is almost nothing and the price is a little over half the price of a deck of KEM's.
Double decks of Copag cards come in a very nice plastic case. Unlike the Royal and A Plus cases, this case
will stay closed without the need of an elastic band. There is a plastic partition between the two decks to keep them
separate. A removable tab keeps the cards down in the case.
The Copag cards are about the same weight and thickness of the KEM cards. The thickness of all 52 playing cards was 16.30mm. Ten
cards weighed 23.0 grams. Copag's seem a little more flexible than KEM's, they bend easier. They also seem to slide a bit better than
KEM's. They feel slicker than a KEM card.
The typeface used on Copag cards is more blocky than on other decks. It takes a little getting used to and some players never
like it. The graphics are not as detailed and colorful as other decks of plastic playing cards. These are probably the two
most common complaints about Copag cards - that the graphics are too faded and the typeface too blocky. The graphics definitely
do look bleached-out but I find them acceptable.
Sample deck of Regular
Index cards provided by
I had been using bridge size Copag's since the summer of 2004 and I have to admit
that I like the poker size Copag cards much better! The bridge size Copag's seem too light-weight and flimsy but the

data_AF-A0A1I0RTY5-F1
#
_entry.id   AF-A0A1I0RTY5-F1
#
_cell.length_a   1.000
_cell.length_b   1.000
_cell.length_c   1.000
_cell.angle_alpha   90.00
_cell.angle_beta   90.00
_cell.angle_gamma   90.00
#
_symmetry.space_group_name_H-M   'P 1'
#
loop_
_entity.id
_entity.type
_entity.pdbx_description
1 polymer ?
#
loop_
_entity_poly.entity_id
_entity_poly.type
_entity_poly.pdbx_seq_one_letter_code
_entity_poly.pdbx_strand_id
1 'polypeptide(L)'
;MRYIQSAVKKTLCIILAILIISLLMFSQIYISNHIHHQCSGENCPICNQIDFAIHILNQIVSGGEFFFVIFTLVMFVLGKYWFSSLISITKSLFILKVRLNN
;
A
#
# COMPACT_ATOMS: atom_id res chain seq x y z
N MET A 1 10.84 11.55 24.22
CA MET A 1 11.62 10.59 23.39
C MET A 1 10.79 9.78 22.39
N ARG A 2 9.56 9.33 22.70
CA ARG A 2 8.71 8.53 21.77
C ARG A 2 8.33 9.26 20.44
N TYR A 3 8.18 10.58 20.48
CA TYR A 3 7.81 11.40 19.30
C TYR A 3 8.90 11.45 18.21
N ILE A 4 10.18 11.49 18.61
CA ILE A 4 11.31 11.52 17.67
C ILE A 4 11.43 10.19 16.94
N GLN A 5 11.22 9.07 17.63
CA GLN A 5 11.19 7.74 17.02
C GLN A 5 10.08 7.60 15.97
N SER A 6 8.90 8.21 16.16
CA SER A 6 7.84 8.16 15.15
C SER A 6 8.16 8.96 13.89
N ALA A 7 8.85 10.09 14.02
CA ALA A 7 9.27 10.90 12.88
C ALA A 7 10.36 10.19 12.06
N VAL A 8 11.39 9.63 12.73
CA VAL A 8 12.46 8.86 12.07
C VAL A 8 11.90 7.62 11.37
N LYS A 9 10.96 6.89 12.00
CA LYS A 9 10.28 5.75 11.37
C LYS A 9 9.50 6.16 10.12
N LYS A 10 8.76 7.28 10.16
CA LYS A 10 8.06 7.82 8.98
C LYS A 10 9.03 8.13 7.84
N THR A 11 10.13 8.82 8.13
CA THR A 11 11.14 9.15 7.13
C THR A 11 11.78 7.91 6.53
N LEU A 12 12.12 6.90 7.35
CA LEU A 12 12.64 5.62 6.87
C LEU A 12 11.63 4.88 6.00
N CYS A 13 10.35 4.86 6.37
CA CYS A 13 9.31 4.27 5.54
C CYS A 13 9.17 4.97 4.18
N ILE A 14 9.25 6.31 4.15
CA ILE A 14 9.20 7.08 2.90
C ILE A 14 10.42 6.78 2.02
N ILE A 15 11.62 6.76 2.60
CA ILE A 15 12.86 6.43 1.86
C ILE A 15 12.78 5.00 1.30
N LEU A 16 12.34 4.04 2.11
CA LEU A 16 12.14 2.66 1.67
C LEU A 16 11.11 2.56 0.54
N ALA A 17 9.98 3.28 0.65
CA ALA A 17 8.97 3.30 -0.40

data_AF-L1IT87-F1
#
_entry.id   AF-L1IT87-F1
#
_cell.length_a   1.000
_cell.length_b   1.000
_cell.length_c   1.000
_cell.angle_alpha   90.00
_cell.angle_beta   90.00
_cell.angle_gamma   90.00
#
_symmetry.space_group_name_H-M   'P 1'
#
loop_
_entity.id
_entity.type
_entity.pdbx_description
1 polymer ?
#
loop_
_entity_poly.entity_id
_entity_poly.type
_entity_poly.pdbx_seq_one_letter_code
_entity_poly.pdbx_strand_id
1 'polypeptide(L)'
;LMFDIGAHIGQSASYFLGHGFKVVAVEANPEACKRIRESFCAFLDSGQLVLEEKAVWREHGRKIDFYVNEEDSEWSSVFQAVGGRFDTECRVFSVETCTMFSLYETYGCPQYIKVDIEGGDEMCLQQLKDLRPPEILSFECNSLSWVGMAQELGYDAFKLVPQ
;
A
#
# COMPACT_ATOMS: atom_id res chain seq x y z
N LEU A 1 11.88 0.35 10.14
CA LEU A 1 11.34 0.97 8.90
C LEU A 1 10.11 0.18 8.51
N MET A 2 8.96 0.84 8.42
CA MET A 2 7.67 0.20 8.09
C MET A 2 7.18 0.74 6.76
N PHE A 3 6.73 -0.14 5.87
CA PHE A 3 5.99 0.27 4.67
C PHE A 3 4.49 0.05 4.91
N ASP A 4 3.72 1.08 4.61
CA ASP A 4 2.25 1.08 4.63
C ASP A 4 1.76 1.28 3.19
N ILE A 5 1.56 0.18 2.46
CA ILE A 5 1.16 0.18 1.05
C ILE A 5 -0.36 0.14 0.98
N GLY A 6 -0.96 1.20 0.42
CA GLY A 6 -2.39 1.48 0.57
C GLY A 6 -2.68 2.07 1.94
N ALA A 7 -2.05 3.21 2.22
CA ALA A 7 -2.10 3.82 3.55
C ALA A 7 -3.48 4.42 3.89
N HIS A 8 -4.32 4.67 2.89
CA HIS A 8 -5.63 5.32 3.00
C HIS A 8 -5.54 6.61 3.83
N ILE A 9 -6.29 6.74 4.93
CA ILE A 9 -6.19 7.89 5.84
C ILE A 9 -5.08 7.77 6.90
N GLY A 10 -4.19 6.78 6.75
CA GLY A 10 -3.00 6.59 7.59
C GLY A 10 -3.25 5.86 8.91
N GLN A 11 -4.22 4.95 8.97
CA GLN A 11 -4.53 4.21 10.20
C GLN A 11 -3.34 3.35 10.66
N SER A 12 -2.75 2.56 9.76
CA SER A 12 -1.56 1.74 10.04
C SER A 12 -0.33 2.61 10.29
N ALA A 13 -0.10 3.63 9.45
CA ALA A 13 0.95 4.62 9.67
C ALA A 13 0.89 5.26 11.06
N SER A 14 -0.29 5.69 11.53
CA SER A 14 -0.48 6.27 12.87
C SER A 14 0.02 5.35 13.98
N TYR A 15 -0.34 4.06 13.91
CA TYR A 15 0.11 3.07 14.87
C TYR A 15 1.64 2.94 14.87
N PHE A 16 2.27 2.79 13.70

poker size seem equal to a KEM. The bridge size Copag cards were not an acceptable alternative to poker size KEM's, but the poker
size Copag's seem just fine. I will have to give these poker size cards a try for a couple weeks to see how I truly like them.
Copag 4 Color
Copag Four Color Plastic Playing Cards Review
This is a four color deck of Copag cards. Four color decks have been made more popular
by online poker rooms that allow this as an option while playing. The four colors help differentiate between card suits,
especially the board cards on the table. These poker size cards have the same thickness, feel, weight, size, cut, typeface, and
graphics as the Copag 1546 style. The only differences are the four different colors used for the four suits, and the different back.
Sample deck provided by
The back spades are the same color as any other Copag cards. The red color used for the hearts is the best color
I have seen on a Copag and I wish all their decks came with this deep color of red. The blue diamonds and green clubs colors
are rather faded, typical of Copag cards. After playing with the cards for a while, I realized that the faded colors are to help
differentiate between the colors - deep blues and greens could be easily mistaken for other colors and the faded colors make them
more distinguishable from each other.